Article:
My point is, this is a highly sensitive subject and WE ALREADY KNOW THAT!
No one wants to uphold the honor of the people, the country, the investigators, the NGO’s, the sex-workers, and especially the victims more that we do. No one.
But we get it. Maybe better than anyone because last week we stood awkwardly in the disparity of it all, we get that we are privileged white women, middle class bloggers, lucky, spoiled, comfortable ladies of fortune. We have easy lives and too many shoes and we practically sweat money. And we get that because of all that, some people want to be offended by our desire to help and critical of our efforts to change the world for the women and children who weren’t born into privilege. But how will justice happen if the people with privilege are too ashamed by their sweet lives to leverage their privilege on behalf of the powerless?
A few months ago, my pastor, Brad Franklin, said, “Justice happens when the people with power use that power to do for those with none.”, and I just couldn’t stop thinking about how I am the people with power. Since then, I’ve been determined to find smart, reasonable, compelling ways to engage in the global fight against poverty and slavery, and I will use everything in my power(yes, all that ugly white privilege) to do it.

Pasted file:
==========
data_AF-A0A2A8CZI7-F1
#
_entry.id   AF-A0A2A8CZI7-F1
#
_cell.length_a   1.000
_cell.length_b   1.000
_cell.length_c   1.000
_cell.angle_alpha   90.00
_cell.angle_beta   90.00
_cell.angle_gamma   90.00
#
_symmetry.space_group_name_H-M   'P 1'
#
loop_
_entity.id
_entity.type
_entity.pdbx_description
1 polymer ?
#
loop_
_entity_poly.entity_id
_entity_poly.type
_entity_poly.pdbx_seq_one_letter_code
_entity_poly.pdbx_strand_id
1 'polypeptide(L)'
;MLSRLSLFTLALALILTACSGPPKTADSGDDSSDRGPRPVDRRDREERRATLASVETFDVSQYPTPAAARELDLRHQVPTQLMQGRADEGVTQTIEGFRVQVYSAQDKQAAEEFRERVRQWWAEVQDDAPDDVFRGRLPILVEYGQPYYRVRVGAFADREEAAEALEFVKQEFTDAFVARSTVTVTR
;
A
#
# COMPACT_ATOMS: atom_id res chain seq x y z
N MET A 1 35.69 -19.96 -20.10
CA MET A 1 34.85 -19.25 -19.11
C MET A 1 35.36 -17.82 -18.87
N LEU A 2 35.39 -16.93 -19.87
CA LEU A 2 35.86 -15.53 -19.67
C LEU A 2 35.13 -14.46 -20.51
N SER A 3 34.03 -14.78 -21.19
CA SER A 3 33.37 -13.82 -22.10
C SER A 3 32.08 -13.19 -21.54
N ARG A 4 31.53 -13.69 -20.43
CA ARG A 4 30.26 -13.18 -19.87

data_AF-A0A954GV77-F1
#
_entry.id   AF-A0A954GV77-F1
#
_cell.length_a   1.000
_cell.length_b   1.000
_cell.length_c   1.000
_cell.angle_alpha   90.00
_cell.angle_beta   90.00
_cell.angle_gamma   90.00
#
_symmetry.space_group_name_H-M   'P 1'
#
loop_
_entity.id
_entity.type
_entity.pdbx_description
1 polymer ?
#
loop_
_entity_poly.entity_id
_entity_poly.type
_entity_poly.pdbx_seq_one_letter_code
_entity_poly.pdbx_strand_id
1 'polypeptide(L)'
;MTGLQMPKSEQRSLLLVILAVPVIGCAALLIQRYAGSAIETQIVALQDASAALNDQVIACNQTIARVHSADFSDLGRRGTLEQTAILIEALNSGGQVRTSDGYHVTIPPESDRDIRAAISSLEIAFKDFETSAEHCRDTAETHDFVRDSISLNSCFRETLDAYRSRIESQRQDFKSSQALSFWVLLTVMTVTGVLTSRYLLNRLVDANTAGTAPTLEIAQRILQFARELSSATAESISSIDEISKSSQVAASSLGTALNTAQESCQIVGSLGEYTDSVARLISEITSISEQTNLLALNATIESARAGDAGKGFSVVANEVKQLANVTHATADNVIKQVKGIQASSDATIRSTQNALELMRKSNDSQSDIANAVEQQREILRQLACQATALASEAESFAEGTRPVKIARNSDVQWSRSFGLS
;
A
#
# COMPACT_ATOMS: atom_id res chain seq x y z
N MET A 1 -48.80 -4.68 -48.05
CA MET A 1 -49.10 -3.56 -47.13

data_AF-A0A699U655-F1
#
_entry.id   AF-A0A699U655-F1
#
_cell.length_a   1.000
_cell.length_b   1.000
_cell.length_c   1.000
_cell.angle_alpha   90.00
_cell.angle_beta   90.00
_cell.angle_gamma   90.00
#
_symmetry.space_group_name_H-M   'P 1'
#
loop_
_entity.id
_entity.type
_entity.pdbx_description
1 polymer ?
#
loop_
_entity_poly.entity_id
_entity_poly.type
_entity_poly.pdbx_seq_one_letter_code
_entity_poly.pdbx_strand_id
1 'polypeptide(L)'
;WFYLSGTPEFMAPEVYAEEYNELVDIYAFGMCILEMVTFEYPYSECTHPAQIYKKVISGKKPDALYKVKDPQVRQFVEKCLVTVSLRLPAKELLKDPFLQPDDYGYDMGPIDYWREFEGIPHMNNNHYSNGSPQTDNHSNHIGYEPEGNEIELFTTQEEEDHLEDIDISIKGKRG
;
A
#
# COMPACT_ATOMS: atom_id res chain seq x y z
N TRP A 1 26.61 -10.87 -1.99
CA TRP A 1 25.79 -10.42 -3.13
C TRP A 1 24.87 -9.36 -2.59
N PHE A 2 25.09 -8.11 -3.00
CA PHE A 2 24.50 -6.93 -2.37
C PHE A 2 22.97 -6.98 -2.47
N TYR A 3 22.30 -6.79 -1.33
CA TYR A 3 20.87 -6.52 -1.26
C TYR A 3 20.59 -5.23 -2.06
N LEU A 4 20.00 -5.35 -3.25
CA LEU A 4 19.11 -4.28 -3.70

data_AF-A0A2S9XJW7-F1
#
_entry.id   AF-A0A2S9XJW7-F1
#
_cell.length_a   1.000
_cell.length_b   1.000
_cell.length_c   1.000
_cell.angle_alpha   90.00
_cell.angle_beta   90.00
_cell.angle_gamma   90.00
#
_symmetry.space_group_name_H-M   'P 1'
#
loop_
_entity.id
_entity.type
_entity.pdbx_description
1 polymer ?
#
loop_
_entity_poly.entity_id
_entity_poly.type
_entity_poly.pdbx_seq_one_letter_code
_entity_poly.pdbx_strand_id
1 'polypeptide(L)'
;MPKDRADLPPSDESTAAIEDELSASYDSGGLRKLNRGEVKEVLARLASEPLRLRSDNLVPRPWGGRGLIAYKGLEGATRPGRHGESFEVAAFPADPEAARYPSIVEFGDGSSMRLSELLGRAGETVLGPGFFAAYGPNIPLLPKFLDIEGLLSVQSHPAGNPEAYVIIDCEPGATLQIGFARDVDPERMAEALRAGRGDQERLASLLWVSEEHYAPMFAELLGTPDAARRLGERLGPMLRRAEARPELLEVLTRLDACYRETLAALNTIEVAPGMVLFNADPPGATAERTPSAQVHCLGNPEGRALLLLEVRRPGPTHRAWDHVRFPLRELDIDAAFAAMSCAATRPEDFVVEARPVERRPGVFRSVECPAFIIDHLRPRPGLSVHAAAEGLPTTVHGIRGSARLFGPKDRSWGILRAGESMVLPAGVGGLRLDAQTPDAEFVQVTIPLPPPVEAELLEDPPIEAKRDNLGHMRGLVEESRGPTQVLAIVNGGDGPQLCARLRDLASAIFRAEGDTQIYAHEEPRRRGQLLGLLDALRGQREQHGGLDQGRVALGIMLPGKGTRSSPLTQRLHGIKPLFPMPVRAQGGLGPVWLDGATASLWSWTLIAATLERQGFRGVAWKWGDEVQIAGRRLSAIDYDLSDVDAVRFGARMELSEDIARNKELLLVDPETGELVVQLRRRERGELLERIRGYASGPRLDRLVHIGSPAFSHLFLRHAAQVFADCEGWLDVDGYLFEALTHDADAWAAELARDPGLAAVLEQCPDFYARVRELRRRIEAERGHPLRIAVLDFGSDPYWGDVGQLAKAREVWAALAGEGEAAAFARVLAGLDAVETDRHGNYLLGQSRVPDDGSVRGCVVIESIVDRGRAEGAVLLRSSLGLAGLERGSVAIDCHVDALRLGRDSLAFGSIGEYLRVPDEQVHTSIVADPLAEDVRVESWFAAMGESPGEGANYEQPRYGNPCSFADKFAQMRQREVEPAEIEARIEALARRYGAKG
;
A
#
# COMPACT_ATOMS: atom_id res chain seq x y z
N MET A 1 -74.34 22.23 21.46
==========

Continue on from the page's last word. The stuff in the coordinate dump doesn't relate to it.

So I’ll be sharing more from my trip in the coming weeks, as will Heather, Roo, and Kristen. Along the way, I’ll be inviting you to join me in partnering with The Exodus Road to fight human-trafficking and slavery, and, truthfully, I’m praying I don’t screw this up. When I think about the stories I want to tell, my palms get sweaty, because there are a million ways to tell them wrong and I’m scared. But I’ll live, I know that – It’s thebringing life to otherspart I’m worried about.